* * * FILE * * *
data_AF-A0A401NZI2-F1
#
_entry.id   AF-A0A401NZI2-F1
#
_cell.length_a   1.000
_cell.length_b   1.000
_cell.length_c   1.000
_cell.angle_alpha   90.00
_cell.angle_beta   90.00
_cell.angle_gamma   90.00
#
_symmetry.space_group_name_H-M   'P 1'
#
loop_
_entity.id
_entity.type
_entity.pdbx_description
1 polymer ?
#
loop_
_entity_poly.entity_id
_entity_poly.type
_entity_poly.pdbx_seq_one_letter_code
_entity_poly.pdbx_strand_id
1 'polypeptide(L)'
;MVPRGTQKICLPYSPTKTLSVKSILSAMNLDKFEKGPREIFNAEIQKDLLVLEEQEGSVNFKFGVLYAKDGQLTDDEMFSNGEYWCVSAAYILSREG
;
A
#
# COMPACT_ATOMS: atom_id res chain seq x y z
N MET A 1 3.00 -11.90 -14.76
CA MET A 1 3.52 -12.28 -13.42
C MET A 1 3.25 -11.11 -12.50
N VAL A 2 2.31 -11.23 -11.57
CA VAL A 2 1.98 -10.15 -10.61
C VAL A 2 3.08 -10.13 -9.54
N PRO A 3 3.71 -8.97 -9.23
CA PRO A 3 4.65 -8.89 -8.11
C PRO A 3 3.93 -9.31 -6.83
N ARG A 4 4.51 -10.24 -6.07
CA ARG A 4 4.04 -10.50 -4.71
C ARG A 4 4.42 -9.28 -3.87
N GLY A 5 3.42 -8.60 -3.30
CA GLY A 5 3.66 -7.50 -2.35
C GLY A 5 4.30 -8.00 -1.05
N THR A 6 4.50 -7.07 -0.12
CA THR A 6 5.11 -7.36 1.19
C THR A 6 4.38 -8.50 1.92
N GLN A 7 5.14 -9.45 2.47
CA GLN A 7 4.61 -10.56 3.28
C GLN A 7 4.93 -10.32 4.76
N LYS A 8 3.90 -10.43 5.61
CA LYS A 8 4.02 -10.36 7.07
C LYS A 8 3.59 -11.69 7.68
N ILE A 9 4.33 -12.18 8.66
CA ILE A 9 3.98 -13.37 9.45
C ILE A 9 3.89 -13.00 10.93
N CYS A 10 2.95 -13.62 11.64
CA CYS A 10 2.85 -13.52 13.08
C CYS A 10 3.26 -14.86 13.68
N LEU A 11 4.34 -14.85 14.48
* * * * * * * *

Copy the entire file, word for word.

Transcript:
data_AF-A0A401NZI2-F1
#
_entry.id   AF-A0A401NZI2-F1
#
_cell.length_a   1.000
_cell.length_b   1.000
_cell.length_c   1.000
_cell.angle_alpha   90.00
_cell.angle_beta   90.00
_cell.angle_gamma   90.00
#
_symmetry.space_group_name_H-M   'P 1'
#
loop_
_entity.id
_entity.type
_entity.pdbx_description
1 polymer ?
#
loop_
_entity_poly.entity_id
_entity_poly.type
_entity_poly.pdbx_seq_one_letter_code
_entity_poly.pdbx_strand_id
1 'polypeptide(L)'
;MVPRGTQKICLPYSPTKTLSVKSILSAMNLDKFEKGPREIFNAEIQKDLLVLEEQEGSVNFKFGVLYAKDGQLTDDEMFSNGEYWCVSAAYILSREG
;
A
#
# COMPACT_ATOMS: atom_id res chain seq x y z
N MET A 1 3.00 -11.90 -14.76
CA MET A 1 3.52 -12.28 -13.42
C MET A 1 3.25 -11.11 -12.50
N VAL A 2 2.31 -11.23 -11.57
CA VAL A 2 1.98 -10.15 -10.61
C VAL A 2 3.08 -10.13 -9.54
N PRO A 3 3.71 -8.97 -9.23
CA PRO A 3 4.65 -8.89 -8.11
C PRO A 3 3.93 -9.31 -6.83
N ARG A 4 4.51 -10.24 -6.07
CA ARG A 4 4.04 -10.50 -4.71
C ARG A 4 4.42 -9.28 -3.87
N GLY A 5 3.42 -8.60 -3.30
CA GLY A 5 3.66 -7.50 -2.35
C GLY A 5 4.30 -8.00 -1.05
N THR A 6 4.50 -7.07 -0.12
CA THR A 6 5.11 -7.36 1.19
C THR A 6 4.38 -8.50 1.92
N GLN A 7 5.14 -9.45 2.47
CA GLN A 7 4.61 -10.56 3.28
C GLN A 7 4.93 -10.32 4.76
N LYS A 8 3.90 -10.43 5.61
CA LYS A 8 4.02 -10.36 7.07
C LYS A 8 3.59 -11.69 7.68
N ILE A 9 4.33 -12.18 8.66
CA ILE A 9 3.98 -13.37 9.45
C ILE A 9 3.89 -13.00 10.93
N CYS A 10 2.95 -13.62 11.64
CA CYS A 10 2.85 -13.52 13.08
C CYS A 10 3.26 -14.86 13.68
N LEU A 11 4.34 -14.85 14.48